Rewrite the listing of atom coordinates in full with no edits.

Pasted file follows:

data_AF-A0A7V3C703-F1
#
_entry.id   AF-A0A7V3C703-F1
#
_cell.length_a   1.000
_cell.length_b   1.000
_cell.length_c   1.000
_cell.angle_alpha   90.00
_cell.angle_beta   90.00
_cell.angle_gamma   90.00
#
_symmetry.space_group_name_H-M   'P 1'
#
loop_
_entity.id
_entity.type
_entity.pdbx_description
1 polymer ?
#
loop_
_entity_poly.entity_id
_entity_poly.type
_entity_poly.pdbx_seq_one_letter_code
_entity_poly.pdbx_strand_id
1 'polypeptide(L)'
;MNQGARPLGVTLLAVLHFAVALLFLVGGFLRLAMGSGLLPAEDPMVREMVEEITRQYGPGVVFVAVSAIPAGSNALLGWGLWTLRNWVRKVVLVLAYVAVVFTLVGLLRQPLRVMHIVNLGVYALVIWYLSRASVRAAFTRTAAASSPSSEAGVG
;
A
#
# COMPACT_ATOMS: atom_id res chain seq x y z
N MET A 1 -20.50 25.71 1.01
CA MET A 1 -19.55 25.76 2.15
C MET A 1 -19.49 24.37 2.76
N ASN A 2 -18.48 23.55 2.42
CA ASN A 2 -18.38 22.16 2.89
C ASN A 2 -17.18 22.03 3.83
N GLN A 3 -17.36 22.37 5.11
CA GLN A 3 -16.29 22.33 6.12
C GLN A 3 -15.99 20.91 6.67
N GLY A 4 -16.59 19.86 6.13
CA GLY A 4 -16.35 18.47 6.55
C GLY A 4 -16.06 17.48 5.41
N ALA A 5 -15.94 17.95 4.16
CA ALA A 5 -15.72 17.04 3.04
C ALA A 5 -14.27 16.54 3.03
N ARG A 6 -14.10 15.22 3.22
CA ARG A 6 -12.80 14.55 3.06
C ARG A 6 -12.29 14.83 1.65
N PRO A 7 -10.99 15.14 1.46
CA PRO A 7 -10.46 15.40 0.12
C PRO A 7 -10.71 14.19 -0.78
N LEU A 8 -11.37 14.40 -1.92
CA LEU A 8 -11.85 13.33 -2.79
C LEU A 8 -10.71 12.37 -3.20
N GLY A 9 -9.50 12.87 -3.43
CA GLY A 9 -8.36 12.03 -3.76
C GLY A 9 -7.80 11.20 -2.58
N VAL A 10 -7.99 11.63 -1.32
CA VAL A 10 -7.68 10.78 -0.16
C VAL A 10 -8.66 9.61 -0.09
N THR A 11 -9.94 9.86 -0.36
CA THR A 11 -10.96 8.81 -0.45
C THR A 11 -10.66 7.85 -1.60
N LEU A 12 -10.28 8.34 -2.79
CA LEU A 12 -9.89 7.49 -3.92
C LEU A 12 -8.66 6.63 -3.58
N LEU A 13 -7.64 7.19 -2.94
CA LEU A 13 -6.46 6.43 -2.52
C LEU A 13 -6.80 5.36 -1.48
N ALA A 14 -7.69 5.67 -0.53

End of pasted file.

data_AF-A0A7V3C703-F1
#
_entry.id   AF-A0A7V3C703-F1
#
_cell.length_a   1.000
_cell.length_b   1.000
_cell.length_c   1.000
_cell.angle_alpha   90.00
_cell.angle_beta   90.00
_cell.angle_gamma   90.00
#
_symmetry.space_group_name_H-M   'P 1'
#
loop_
_entity.id
_entity.type
_entity.pdbx_description
1 polymer ?
#
loop_
_entity_poly.entity_id
_entity_poly.type
_entity_poly.pdbx_seq_one_letter_code
_entity_poly.pdbx_strand_id
1 'polypeptide(L)'
;MNQGARPLGVTLLAVLHFAVALLFLVGGFLRLAMGSGLLPAEDPMVREMVEEITRQYGPGVVFVAVSAIPAGSNALLGWGLWTLRNWVRKVVLVLAYVAVVFTLVGLLRQPLRVMHIVNLGVYALVIWYLSRASVRAAFTRTAAASSPSSEAGVG
;
A
#
# COMPACT_ATOMS: atom_id res chain seq x y z
N MET A 1 -20.50 25.71 1.01
CA MET A 1 -19.55 25.76 2.15
C MET A 1 -19.49 24.37 2.76
N ASN A 2 -18.48 23.55 2.42
CA ASN A 2 -18.38 22.16 2.89
C ASN A 2 -17.18 22.03 3.83
N GLN A 3 -17.36 22.37 5.11
CA GLN A 3 -16.29 22.33 6.12
C GLN A 3 -15.99 20.91 6.67
N GLY A 4 -16.59 19.86 6.13
CA GLY A 4 -16.35 18.47 6.55
C GLY A 4 -16.06 17.48 5.41
N ALA A 5 -15.94 17.95 4.16
CA ALA A 5 -15.72 17.04 3.04
C ALA A 5 -14.27 16.54 3.03
N ARG A 6 -14.10 15.22 3.22
CA ARG A 6 -12.80 14.55 3.06
C ARG A 6 -12.29 14.83 1.65
N PRO A 7 -10.99 15.14 1.46
CA PRO A 7 -10.46 15.40 0.12
C PRO A 7 -10.71 14.19 -0.78
N LEU A 8 -11.37 14.40 -1.92
CA LEU A 8 -11.85 13.33 -2.79
C LEU A 8 -10.71 12.37 -3.20
N GLY A 9 -9.50 12.87 -3.43
CA GLY A 9 -8.36 12.03 -3.76
C GLY A 9 -7.80 11.20 -2.58
N VAL A 10 -7.99 11.63 -1.32
CA VAL A 10 -7.68 10.78 -0.16
C VAL A 10 -8.66 9.61 -0.09
N THR A 11 -9.94 9.86 -0.36
CA THR A 11 -10.96 8.81 -0.45
C THR A 11 -10.66 7.85 -1.60
N LEU A 12 -10.28 8.34 -2.79
CA LEU A 12 -9.89 7.49 -3.92
C LEU A 12 -8.66 6.63 -3.58
N LEU A 13 -7.64 7.19 -2.94
CA LEU A 13 -6.46 6.43 -2.52
C LEU A 13 -6.80 5.36 -1.48
N ALA A 14 -7.69 5.67 -0.53